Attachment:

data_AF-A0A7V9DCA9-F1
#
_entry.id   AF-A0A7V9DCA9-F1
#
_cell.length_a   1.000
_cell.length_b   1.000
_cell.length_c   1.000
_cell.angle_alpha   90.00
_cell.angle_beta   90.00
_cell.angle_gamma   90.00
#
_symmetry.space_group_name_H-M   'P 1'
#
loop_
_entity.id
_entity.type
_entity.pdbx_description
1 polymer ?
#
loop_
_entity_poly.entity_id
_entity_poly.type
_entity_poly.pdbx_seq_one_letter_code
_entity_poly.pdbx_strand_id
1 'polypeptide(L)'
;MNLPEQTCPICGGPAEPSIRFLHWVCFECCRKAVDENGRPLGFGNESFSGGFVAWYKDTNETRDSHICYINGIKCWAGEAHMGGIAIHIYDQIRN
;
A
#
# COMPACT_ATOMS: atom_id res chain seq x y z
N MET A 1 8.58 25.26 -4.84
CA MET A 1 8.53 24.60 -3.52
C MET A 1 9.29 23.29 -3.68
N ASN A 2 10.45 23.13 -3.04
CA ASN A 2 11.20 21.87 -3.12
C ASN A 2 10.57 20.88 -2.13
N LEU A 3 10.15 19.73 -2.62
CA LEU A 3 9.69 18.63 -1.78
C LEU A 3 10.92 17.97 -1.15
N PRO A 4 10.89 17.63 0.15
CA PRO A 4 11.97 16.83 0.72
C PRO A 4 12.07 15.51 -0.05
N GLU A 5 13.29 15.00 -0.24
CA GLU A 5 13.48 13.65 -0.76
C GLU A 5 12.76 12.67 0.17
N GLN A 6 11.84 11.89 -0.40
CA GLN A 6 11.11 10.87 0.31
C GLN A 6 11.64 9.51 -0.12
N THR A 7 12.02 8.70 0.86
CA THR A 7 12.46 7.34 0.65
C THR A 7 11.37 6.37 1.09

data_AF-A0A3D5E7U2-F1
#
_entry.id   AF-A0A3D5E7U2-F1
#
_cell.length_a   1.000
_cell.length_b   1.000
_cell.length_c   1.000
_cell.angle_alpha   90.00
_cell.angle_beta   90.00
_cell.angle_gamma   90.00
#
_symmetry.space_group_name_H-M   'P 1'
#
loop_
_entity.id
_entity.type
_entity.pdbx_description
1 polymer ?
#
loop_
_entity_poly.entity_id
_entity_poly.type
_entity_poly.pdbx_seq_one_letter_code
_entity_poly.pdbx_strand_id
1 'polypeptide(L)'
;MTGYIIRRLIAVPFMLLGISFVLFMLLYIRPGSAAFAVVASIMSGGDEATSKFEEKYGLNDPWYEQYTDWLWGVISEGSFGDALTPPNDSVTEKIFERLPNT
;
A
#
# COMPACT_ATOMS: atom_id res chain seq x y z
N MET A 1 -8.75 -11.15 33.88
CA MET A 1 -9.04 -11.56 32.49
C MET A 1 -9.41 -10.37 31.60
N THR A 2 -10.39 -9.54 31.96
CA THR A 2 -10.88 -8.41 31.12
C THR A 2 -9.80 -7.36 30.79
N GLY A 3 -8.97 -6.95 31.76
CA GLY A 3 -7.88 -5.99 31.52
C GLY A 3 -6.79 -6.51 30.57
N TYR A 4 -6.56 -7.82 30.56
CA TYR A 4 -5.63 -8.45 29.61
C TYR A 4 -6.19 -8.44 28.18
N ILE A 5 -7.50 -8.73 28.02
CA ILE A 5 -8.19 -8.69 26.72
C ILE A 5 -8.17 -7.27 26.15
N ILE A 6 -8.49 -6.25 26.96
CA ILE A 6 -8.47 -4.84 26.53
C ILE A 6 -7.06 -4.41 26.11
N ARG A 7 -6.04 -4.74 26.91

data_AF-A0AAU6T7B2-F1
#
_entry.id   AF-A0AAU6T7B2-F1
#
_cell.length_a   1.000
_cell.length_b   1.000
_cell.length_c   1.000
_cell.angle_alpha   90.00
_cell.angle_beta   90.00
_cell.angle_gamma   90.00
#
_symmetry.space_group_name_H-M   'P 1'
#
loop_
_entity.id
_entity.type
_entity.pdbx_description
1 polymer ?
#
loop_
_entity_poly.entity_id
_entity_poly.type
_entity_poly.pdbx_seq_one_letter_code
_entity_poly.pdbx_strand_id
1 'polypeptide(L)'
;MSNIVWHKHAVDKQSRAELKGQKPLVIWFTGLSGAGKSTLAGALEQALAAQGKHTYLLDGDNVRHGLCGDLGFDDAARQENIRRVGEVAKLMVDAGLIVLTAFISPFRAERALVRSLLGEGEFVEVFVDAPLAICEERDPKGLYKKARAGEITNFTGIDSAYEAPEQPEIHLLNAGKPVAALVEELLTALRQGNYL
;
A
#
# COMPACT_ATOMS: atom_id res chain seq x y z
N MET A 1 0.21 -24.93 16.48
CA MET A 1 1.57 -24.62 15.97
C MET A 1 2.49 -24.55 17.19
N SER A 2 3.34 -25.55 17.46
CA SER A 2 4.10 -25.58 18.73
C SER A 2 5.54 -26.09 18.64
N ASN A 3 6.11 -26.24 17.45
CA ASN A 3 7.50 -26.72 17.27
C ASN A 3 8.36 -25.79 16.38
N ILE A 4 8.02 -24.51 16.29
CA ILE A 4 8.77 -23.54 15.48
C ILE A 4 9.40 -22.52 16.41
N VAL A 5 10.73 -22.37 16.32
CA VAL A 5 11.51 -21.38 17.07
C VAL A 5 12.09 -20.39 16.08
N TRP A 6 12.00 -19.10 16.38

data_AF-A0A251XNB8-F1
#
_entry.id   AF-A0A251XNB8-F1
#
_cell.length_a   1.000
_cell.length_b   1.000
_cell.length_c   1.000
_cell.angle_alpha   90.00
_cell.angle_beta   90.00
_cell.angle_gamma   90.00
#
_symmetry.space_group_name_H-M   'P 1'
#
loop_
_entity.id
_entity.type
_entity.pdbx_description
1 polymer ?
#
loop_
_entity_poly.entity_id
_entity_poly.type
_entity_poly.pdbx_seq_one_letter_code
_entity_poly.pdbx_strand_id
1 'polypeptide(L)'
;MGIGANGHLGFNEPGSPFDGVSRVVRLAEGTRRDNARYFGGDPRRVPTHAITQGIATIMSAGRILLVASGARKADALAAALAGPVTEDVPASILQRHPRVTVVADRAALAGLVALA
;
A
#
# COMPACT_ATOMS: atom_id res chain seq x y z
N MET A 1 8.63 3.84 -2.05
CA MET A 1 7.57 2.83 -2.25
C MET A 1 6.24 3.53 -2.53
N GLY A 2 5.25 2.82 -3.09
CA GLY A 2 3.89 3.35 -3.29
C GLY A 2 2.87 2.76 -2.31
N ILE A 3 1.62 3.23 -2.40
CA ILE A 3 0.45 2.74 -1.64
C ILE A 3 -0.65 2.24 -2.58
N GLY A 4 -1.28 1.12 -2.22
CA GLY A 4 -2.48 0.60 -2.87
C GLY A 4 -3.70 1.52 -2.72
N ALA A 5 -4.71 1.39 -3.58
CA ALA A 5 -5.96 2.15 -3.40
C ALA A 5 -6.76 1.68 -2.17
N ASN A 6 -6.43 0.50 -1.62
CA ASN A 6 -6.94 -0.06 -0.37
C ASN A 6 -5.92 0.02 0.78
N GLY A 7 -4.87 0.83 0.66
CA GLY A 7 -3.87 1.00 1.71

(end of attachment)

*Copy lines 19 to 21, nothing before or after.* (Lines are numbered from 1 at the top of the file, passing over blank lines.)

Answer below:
#
loop_
_entity_poly.entity_id